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March 10, 2007 | From Times Wire Reports
A study of spiders' copulation techniques found that males leave part of their sex organ inside females as a sort of "chastity belt" to deter rivals. "Males can reduce sperm competition and thereby increase their paternity success," Bonn University researchers wrote in the journal Behavioral Ecology. A male only has only seconds to have sex before the larger female kills him. In more than 80% of cases, the tip of the male's genital organ breaks off inside the female.
March 15, 2006 | J. Michael Kennedy, Times Staff Writer
In the final analysis, the federal watchdogs had to make a no-win choice about the bald eagles of Santa Catalina Island. The birds' eggs were still cracking because of the ravages of DDT. The chances of reproducing on their own, at least in the foreseeable future, seemed dubious at best.
September 22, 1989 | LEE MAY, Times Staff Writer
In a decision that could have far-reaching ethical, medical and legal implications, a Tennessee judge Thursday awarded custody of seven frozen embryos to a wife embroiled in a divorce case, ruling that "human life begins at conception." Circuit Court Judge W. Dale Young ruled the fertilized eggs should go to Mary Sue Davis, who wants to implant them and carry them to term--against the wishes of her estranged husband, Junior Lewis Davis. At a news conference in Titusville, Fla.
March 27, 1999
In the first known birth of its kind, a woman has had a baby using sperm retrieved from her dead husband, raising ethical questions over whether a man must give his consent to be a father. The sperm was retrieved 30 hours after the man's death and then frozen for 15 months before use. His wife, Gaby Vernoff, became pregnant in July 1998 and delivered the girl March 17 at a Los Angeles hospital.
A whodunit is quickly turning into a soap opera at the Los Angeles Zoo, where two more pregnant chimps have some explaining to do. First, Yoshiko, who had been seen with male chimp Jerrard, gave birth to a baby in January. Zookeepers hadn't even known she was pregnant. And all three male chimps of breeding age, including Jerrard, had had vasectomies.
Male prisoners have a constitutional right to procreate by means of artificial insemination, the U.S. 9th Circuit Court of Appeals ruled Wednesday. The 2-1 decision, the first of its kind by a federal appellate court, comes in the case of William Reno Gerber, a 41-year-old third-strike convict now serving a 111-year sentence for negligently discharging a firearm, making terrorist threats and possessing a handgun as an ex-felon.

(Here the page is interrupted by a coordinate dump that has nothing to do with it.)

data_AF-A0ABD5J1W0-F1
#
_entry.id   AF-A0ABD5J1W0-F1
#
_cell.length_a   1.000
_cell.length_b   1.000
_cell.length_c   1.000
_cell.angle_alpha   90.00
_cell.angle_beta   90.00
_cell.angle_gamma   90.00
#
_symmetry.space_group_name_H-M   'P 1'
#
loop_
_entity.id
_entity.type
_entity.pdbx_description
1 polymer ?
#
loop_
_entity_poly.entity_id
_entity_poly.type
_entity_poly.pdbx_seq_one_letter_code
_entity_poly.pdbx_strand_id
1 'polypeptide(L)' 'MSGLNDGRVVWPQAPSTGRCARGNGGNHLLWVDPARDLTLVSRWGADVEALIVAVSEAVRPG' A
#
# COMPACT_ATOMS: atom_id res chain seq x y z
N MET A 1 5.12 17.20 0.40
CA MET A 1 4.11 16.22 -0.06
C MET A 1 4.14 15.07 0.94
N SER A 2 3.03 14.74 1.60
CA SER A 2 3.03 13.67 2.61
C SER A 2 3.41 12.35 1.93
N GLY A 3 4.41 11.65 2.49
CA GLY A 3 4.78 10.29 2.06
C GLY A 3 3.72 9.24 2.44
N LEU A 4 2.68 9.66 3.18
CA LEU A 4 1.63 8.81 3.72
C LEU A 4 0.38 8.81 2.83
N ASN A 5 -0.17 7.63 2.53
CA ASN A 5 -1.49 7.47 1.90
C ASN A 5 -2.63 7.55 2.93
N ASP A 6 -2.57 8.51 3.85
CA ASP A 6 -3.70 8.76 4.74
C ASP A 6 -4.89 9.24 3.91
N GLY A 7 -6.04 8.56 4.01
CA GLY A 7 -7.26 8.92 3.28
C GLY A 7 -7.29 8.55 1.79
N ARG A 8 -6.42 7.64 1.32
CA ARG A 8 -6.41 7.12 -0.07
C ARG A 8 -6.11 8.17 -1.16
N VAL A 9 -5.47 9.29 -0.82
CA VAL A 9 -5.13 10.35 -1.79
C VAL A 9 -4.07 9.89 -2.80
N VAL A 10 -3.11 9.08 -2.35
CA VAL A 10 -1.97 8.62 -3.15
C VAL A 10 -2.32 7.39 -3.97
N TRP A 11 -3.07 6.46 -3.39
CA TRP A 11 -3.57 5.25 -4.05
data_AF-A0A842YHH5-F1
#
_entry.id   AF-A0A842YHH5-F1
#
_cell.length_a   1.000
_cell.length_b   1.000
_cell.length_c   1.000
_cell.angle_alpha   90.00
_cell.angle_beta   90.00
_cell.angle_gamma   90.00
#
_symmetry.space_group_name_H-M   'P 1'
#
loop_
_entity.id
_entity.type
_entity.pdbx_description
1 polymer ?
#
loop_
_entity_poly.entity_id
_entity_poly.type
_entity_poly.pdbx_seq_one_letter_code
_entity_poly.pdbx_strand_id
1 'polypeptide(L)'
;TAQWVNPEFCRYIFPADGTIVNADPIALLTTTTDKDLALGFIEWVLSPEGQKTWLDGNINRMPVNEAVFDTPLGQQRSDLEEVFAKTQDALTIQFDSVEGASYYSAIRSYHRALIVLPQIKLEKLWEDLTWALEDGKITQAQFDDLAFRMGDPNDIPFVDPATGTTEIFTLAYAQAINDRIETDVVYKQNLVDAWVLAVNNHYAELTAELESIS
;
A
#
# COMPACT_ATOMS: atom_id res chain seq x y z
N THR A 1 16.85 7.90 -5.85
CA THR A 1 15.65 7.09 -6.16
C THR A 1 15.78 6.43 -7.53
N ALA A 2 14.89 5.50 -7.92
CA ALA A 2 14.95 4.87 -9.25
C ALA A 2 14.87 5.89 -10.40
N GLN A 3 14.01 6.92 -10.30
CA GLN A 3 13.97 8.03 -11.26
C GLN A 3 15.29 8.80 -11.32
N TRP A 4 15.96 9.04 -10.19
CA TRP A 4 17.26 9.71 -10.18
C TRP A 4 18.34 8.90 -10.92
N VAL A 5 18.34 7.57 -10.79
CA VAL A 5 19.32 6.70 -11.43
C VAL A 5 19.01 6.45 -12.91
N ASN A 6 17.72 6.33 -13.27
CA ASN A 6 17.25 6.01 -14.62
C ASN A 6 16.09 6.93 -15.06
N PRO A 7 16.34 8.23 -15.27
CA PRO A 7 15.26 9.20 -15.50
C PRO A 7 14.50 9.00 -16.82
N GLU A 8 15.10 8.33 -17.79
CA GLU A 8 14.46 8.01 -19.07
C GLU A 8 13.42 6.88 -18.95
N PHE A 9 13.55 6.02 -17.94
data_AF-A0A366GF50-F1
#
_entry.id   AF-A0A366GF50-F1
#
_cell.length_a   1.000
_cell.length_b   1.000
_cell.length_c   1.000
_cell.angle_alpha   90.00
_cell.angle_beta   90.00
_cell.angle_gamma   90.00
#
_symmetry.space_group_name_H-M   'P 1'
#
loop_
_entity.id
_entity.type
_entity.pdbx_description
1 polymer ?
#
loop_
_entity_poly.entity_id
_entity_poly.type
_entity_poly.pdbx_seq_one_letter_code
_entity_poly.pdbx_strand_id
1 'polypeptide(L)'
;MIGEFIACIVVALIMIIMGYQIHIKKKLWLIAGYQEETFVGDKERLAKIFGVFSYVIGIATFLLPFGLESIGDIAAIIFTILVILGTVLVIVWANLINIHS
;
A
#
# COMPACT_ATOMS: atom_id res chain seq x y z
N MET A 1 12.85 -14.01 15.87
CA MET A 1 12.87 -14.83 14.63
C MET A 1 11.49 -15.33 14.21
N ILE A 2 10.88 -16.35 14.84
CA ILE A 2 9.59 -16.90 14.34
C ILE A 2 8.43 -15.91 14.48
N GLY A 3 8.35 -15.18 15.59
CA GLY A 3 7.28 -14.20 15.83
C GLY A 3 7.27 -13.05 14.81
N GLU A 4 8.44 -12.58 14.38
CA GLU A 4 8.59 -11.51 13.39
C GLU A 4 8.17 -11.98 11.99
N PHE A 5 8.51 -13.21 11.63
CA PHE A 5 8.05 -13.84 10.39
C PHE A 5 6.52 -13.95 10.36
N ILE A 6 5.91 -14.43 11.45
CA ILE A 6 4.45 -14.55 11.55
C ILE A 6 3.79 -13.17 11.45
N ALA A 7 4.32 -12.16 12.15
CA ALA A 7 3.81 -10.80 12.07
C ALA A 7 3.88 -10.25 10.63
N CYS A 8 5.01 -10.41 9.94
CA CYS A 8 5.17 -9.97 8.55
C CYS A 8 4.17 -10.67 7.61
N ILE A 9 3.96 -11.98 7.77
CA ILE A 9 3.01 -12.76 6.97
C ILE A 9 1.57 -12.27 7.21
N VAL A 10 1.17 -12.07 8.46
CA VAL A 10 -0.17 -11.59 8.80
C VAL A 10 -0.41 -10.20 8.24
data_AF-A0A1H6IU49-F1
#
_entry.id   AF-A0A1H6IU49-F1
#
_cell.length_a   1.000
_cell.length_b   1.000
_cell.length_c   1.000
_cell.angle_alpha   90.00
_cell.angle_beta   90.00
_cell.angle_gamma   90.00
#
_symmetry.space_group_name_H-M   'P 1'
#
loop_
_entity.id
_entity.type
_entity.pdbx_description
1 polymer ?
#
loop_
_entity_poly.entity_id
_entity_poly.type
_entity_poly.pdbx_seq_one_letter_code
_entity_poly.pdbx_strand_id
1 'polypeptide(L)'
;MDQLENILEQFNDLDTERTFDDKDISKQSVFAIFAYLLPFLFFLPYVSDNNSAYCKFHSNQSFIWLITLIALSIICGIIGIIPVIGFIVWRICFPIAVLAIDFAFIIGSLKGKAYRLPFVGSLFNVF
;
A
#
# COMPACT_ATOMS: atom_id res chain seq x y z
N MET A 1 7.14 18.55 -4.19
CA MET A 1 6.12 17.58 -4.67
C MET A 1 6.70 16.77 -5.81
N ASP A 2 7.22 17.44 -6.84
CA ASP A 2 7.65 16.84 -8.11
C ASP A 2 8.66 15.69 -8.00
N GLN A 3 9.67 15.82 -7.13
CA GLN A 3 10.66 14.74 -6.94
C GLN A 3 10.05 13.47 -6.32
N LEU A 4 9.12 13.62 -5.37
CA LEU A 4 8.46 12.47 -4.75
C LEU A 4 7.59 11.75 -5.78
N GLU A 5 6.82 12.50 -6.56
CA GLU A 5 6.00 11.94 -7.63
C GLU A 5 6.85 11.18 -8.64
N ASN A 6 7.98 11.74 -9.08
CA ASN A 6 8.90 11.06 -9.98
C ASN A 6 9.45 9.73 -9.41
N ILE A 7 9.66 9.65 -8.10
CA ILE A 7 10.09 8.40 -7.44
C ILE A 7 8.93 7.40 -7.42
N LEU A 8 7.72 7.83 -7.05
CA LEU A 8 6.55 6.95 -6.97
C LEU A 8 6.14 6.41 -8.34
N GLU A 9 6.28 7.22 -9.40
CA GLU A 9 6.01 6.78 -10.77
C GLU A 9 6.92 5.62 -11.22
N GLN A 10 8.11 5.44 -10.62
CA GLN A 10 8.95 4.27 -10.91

February 1, 2003 | From Times Staff and Wire Reports
Mammalian sperm cells use heat to find their way to an egg, much as heat-sensing missiles seek out their targets. Eggs use chemical signals to lure sperm, but this alone cannot account for the speed of fertilization. Now scientists at the Weizmann Institute of Science in Israel report in the journal Nature Medicine that sperm move toward heat.
August 7, 1989 | From Associated Press
An estranged couple's fight over the fate of seven fertilized human eggs goes to court today. Junior Lewis Davis seeks to prevent his wife, Mary Sue Davis, from attempting to become pregnant with any of the eggs now that they are getting divorced. Davis says he no longer wants to have a child with her. The eggs were taken from Mrs. Davis and fertilized with Davis' sperm in an in-vitro fertilization program the couple entered six years ago in hopes of having a so-called "test-tube baby."
June 1, 2004 | Pete Thomas
GRAY whales are having a baby boom, with nearly 180 cow-calf pairs migrating from Baja California, according to a recent census taken from Palos Verdes Peninsula. That's twice as many as in the previous season, which was also productive. Federal wildlife officials made similar observations near Monterey. Not all the whales can be seen, but the counts are considered an indicative sample. Scientists say abundant food in the Bering Sea is helping the whales rebound.
October 29, 2006 | Kevin Sack, Times Staff Writer
WHEN the Massachusetts Supreme Judicial Court voted to legalize gay marriage in 2003, its opinion rested squarely on the argument that determining the best interests of a child "does not turn on a parent's sexual orientation or marital status." Three years later, the top court in neighboring New York also cited the welfare of children -- but took precisely the opposite stance.
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